UN refugee agency sounds alarm on spike in number of South Sudanese fleeing to Sudan
UNITED NATIONS - The UN Office of the UN High Commissioner for Refugees (UNHCR) on Monday sounded alarm on the sharp increase of South Sudanese fleeing to Sudan since the start of 2017, UN spokesman Stephane Dujarric told reporters here.
UNHCR says "it has seen a significant increase in South Sudanese refugees fleeing to Sudan since January," Dujarric said at a daily news briefing here.
Initial expectations were that 60,000 refugees may arrive through 2017, but in the first two months of the year alone, more than 31,000 refugees have arrived.
Initial estimates show that more than 80 percent of the new arrivals are women and children, including unaccompanied and separated children.
"They are in need of immediate life-saving assistance, which UNHCR and its sister agencies are trying to address," Dujarric said.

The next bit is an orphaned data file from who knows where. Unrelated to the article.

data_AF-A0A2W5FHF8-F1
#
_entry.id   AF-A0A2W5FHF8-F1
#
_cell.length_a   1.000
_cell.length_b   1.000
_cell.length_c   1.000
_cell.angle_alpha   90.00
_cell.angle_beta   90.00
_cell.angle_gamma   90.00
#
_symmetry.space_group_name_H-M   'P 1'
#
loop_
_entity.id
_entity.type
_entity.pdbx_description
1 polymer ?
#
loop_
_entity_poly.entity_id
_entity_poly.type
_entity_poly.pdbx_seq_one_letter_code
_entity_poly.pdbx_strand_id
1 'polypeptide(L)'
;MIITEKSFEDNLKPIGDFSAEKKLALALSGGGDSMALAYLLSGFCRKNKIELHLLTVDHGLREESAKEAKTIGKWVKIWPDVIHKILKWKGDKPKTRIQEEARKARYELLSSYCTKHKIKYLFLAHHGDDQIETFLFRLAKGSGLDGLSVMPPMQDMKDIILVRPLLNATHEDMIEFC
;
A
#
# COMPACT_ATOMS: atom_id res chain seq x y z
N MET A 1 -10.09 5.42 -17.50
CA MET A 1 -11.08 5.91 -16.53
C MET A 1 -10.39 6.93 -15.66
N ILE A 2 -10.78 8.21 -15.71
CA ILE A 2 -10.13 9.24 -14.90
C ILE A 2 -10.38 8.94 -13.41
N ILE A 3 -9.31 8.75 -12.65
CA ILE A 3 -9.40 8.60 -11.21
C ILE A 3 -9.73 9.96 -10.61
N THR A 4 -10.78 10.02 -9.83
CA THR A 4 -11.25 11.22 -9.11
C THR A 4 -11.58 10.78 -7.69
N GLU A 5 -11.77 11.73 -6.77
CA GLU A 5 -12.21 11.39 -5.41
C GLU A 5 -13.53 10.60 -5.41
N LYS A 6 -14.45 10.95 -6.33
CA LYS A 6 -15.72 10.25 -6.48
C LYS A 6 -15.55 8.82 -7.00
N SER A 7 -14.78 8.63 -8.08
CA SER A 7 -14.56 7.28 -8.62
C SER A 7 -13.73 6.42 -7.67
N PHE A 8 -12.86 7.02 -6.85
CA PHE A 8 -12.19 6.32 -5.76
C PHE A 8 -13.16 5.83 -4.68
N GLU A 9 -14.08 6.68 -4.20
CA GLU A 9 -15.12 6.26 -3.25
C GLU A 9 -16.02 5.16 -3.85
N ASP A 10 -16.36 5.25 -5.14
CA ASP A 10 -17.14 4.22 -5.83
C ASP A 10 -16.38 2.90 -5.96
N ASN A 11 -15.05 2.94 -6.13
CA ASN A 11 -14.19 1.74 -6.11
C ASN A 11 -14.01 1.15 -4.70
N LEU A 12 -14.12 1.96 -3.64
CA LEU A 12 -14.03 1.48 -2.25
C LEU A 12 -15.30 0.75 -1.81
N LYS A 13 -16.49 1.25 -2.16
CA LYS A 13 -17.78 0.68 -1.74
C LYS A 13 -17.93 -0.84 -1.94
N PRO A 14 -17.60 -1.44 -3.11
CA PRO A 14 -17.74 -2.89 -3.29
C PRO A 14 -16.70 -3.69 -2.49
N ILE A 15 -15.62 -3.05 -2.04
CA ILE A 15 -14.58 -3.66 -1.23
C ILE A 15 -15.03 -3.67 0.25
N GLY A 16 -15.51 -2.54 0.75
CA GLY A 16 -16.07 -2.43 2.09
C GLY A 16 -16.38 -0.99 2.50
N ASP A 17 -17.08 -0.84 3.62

Sudan is one of South Sudan's neighboring countries to host a massive influx of South Sudanese refugees. More than 1.5 million South Sudanese refugees have fled to neighboring countries in the region, around half of which are located in Uganda.
South Sudan has been shattered by civil war that broke out in December 2013 after President Salva Kiir accused his former deputy Riek Machar of plotting a coup. Machar denied the accusation but then mobilized a rebel force.
A peace deal signed in August 2015 led to the formation of a transitional unity government in April, but was again devastated by fresh violence in July 2016.
Tens of thousands of South Sudanese have been killed, with more than 2 million displaced and another 4.6 million left severely food insecure, since December 2013.